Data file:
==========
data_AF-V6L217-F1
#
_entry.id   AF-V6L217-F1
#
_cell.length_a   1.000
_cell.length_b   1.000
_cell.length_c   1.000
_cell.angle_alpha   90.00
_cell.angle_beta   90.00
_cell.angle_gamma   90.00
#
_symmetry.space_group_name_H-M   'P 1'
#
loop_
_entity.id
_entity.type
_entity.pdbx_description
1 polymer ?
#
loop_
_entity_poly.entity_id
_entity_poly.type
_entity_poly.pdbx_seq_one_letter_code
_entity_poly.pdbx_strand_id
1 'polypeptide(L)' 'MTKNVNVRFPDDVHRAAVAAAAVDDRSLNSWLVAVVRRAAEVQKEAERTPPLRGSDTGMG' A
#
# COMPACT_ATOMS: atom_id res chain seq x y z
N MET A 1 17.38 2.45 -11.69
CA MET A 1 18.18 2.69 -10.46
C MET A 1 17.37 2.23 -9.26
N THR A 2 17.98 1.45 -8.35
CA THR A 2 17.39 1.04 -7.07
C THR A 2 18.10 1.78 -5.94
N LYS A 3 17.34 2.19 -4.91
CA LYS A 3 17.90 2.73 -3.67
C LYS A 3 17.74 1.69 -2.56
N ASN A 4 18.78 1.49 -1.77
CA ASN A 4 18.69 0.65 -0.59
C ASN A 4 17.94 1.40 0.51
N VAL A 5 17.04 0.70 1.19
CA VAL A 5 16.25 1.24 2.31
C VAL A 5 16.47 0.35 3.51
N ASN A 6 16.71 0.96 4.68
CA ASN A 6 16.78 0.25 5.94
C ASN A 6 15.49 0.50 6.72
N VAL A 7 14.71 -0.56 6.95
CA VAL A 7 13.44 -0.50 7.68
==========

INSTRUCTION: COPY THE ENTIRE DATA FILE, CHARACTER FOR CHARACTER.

data_AF-V6L217-F1
#
_entry.id   AF-V6L217-F1
#
_cell.length_a   1.000
_cell.length_b   1.000
_cell.length_c   1.000
_cell.angle_alpha   90.00
_cell.angle_beta   90.00
_cell.angle_gamma   90.00
#
_symmetry.space_group_name_H-M   'P 1'
#
loop_
_entity.id
_entity.type
_entity.pdbx_description
1 polymer ?
#
loop_
_entity_poly.entity_id
_entity_poly.type
_entity_poly.pdbx_seq_one_letter_code
_entity_poly.pdbx_strand_id
1 'polypeptide(L)' 'MTKNVNVRFPDDVHRAAVAAAAVDDRSLNSWLVAVVRRAAEVQKEAERTPPLRGSDTGMG' A
#
# COMPACT_ATOMS: atom_id res chain seq x y z
N MET A 1 17.38 2.45 -11.69
CA MET A 1 18.18 2.69 -10.46
C MET A 1 17.37 2.23 -9.26
N THR A 2 17.98 1.45 -8.35
CA THR A 2 17.39 1.04 -7.07
C THR A 2 18.10 1.78 -5.94
N LYS A 3 17.34 2.19 -4.91
CA LYS A 3 17.90 2.73 -3.67
C LYS A 3 17.74 1.69 -2.56
N ASN A 4 18.78 1.49 -1.77
CA ASN A 4 18.69 0.65 -0.59
C ASN A 4 17.94 1.40 0.51
N VAL A 5 17.04 0.70 1.19
CA VAL A 5 16.25 1.24 2.31
C VAL A 5 16.47 0.35 3.51
N ASN A 6 16.71 0.96 4.68
CA ASN A 6 16.78 0.25 5.94
C ASN A 6 15.49 0.50 6.72
N VAL A 7 14.71 -0.56 6.95
CA VAL A 7 13.44 -0.50 7.68